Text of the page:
Recently, Narendra Modi, the Chief Minister of Gujarat state, made a statement about the Indian Prime Ministers absence from office. Modi had called Manmohan Singh a weak man and had criticised the Prime Minister for being away from office for several weeks despite knowing that the PM was undergoing surgery.
For those of you who aren’t in the know, the PM had gone through a rather serious heart bypass surgery and was out of office for around two months.
In a recent NDTV interview with Narendra Modi, reporter Suhasini Haidar confronted him saying his comment on the PM was a hit below the belt.
Now I am not affiliated to the BJP or Congress, nor am I judging Modi’s comments, but Modi’s response gave me an insight that I thought was very deep and is actually true, regardless of whether it is about political leadership or leadership in our cubicles.
“I didn’t not say something wrong”, Modi had said, explaining himself. “ What I had said was that Manmohan Singh was away from office for two whole months and the nation went about its business not even realizing he wasn’t even there!”
I tried to translate the inteview in English above – you can get the original interview in Hindi here (reference to the PM at 5.00 minutes). But if you cut the rhetoric and filter the politics, you will be left with a remarkable insight into leadership.
If your team doesn’t feel your absence when you are away, then what your leadership amounts to can be one of two things.
- You have created a team of highly motivated, self driven and independent leaders who don’t depend on your participation in every activity or decision that needs to be taken when you aren’t around
- You have been so hands off and uninvolved, your team does not need you and wont even notice it if you aren’t around.
Typically when we talk about leadership, we tend to think of people who occupy the chair of the highest office in the leadership hierarchy. We tend to think of powerful CEOs and leaders like Jack Welch, Indra Nooyi, Anil Ambani and so on. Truth is that those bullet points above are valid for people in leadership positions all the way down from that CEO chair till you actually run out of people who don’t have anyone reporting to them.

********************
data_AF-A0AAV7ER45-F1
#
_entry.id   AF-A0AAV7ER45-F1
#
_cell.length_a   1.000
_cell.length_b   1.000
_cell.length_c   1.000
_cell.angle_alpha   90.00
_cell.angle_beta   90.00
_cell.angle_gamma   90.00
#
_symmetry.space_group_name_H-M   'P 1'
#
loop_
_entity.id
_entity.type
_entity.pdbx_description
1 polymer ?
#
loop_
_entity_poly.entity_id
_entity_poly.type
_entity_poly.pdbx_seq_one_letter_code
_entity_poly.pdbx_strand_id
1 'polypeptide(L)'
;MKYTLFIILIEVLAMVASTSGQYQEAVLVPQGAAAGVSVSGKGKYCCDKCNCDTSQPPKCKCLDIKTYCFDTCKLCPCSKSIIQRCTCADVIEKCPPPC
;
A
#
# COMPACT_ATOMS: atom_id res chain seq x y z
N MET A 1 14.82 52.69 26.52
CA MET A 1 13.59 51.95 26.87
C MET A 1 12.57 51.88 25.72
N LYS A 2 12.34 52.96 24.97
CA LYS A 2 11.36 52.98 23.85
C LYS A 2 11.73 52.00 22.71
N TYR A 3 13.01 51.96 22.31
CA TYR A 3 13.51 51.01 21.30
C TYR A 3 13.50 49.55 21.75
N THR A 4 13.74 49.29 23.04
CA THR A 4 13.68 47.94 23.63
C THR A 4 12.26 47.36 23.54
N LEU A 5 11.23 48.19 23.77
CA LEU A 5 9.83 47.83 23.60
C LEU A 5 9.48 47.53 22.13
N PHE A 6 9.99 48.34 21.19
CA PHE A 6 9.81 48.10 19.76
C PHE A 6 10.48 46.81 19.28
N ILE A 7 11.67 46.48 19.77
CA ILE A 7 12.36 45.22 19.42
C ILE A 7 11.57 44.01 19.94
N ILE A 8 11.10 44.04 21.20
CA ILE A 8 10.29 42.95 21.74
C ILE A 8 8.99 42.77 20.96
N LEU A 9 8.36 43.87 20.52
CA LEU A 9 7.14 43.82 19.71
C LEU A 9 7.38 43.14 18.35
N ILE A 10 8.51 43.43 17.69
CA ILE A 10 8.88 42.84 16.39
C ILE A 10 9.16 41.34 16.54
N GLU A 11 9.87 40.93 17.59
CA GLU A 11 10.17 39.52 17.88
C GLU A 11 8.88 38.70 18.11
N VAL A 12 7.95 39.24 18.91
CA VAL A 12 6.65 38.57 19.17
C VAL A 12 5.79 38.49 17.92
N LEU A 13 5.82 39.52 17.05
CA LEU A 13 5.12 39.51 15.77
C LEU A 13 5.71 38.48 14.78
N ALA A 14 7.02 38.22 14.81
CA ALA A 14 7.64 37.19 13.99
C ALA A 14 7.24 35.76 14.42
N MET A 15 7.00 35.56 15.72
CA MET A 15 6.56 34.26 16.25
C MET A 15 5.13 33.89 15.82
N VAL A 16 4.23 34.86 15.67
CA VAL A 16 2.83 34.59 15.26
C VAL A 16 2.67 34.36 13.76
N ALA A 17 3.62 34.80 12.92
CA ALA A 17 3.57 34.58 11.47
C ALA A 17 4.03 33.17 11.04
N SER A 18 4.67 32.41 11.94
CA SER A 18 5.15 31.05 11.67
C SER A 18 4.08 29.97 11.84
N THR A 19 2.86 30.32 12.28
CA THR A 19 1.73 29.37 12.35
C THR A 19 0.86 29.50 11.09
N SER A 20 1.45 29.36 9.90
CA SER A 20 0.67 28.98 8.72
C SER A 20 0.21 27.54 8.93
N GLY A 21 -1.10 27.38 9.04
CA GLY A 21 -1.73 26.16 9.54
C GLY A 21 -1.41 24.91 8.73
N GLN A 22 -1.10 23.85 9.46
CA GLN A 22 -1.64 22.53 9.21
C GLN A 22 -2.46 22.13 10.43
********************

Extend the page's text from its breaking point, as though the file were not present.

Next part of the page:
Truth is that Leadership is about what we do. Yes, you and me. Not always about what the CEO does.
Leadership is about dealing with people reporting to you in a way that they are motivated, challenged, inspired, productive and happy. It is all about tapping that motivation and happiness and aligning it with the objectives of your organization. Even if those objectives are your own KRAs.
Leadership is about investing in people who report to you. It’s about coaching and teaching them the ropes. Giving them all the tools to perform. About getting them to think. Training them, giving them direction. Getting them committed. It’s about getting people empowered.
Leadership is less about you. More about those looking up to you.
Leadership is a job much like that of a make-up man at the sets. You have to do things to make other people look good – and success can only be convincing if the work you have done is not apparent – the less apparent, the better your job.
Leadership, in the end, is about mentoring, understanding strengths, about unlocking capability, about tapping latent potential, about making achievers. It is about creating more leaders, making more people who can be as effective, if not more, than you.
It is all about making your role redundant.
When you do that, when you step aside and create people worthy of the glory of achievement that you deflect to them, then you become a great leader.
That’s your reward.
PS: What do you think leadership is? Do you agree with this post? What are your experiences with good leadership and bad leadership? Who was a good boss you had? Why was he good? Why was your bad boss bad? What are moments that you cherish as a leader yourself? Do leave a comment and lets discuss this.